With increasing support for HTML5 and WebSocket in modern web browsers and mobile devices, cutting-edge web application developers are turning their attention to building apps that leverage true real-time communication between browsers and back-end servers.
On paper, WebSockets look very promising: bandwidth overhead is a tiny fraction of that of HTTP and latency is drastically reduced. But only when it comes to actual deployment do organizations find that seemingly small gotchas can fundamentally break the envisioned revolutionary experience.
The most frequently reported problem in the WebSocket developer community is that for one reason or another the WebSocket connection cannot be established between the browser and the WebSocket server. This issue is often caused by the simple fact that the browser doesn’t support WebSockets… yet. Another reason is that the network infrastructure, proxies, and routers are configured in such a way that prevents the full duplex communication over WebSockets. In some of these cases using WebSocket secure (WSS), or WebSocket over TLS, is a reasonable fallback option, but at times even this approach may not be sufficient.
Another problem older browsers pose is the lack of support for Cross Origin Resource Sharing (CORS). CORS is a browser specification that allows a Web page to establish a [WebSocket] connection to a server that is different from the one the Web page originated from. For example, the static HTML content of the page is accessed from Server 1, and dynamic content is streamed to the page through a WebSocket connection from Server 2. When exploring WebSockets and during POCs it’s often overlooked that implementing a topology like this without CORS can be cumbersome at best due to the security restrictions enforced by the browsers.
As developers, we should be focusing on building engaging user experiences and business logic rather than being forced to deal with the legacy platform issues.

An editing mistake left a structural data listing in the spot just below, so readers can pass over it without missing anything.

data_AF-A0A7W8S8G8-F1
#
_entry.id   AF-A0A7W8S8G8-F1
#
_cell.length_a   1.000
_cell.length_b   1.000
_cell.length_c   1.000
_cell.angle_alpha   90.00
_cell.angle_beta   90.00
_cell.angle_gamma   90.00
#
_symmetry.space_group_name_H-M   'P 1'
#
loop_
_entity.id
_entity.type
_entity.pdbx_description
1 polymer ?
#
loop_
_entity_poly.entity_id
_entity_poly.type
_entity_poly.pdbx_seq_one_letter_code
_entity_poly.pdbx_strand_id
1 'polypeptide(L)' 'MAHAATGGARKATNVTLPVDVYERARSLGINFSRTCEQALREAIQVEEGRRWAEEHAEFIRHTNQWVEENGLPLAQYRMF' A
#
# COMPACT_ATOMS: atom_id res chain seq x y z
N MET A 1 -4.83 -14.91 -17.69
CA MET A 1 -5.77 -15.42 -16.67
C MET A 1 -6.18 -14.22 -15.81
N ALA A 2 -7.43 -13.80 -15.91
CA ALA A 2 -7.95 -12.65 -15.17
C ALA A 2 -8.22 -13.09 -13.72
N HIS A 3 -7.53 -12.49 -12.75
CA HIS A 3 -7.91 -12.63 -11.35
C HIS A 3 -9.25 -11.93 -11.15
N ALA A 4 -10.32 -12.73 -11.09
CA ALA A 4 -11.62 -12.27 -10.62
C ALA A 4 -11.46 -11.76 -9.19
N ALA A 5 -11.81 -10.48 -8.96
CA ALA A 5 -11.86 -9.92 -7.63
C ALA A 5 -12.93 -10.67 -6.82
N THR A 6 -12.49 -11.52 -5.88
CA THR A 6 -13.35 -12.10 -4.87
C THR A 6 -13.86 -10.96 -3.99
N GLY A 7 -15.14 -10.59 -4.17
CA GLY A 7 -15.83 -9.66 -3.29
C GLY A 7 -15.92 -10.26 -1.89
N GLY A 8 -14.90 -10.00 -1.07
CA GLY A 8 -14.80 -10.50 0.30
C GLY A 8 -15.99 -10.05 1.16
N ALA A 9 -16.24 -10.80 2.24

An active voice in the W3C and IETF standards bodies for WebSockets, Kaazing offers a WebSocket gateway that provides the industry’s most extensive WebSocket emulation. The Kaazing Platform implements clever, behind-the-scenes emulation techniques that enable any browser (modern or not) to support WebSockets. Kaazing’s WebSocket emulation is a proven technology, currently deployed in a number of enterprise customers all over the world, and gives end users a hassle-free, “it just works” experience. It’s not only end users who benefit from the Gateway: developers can work in a fully transparent environment, using client libraries that enable them to simply code against WebSocket APIs. When an end user interacts with a WebSocket application, Kaazing’s patent pending WebSocket Acceleration (TM) technology kicks in when native WebSocket support is unavailable, giving the user a seamless experience and a latency barely higher than what your physical network supports.
At Kaazing, we strongly believe that as a developer, you must have the ability to provide a first class experience to every user of your applications on whatever browser or mobile device they choose. With Kaazing WebSocket Gateway, the performance of the emulated WebSocket connection is virtually the same as native WebSocket performance.
To see sample applications of Kaazing WebSocket Gateway in action, check out our demos at http://demo.kaazing.com. The demos on this page work on mobile devices and in browsers as ancient as Internet Explorer 6.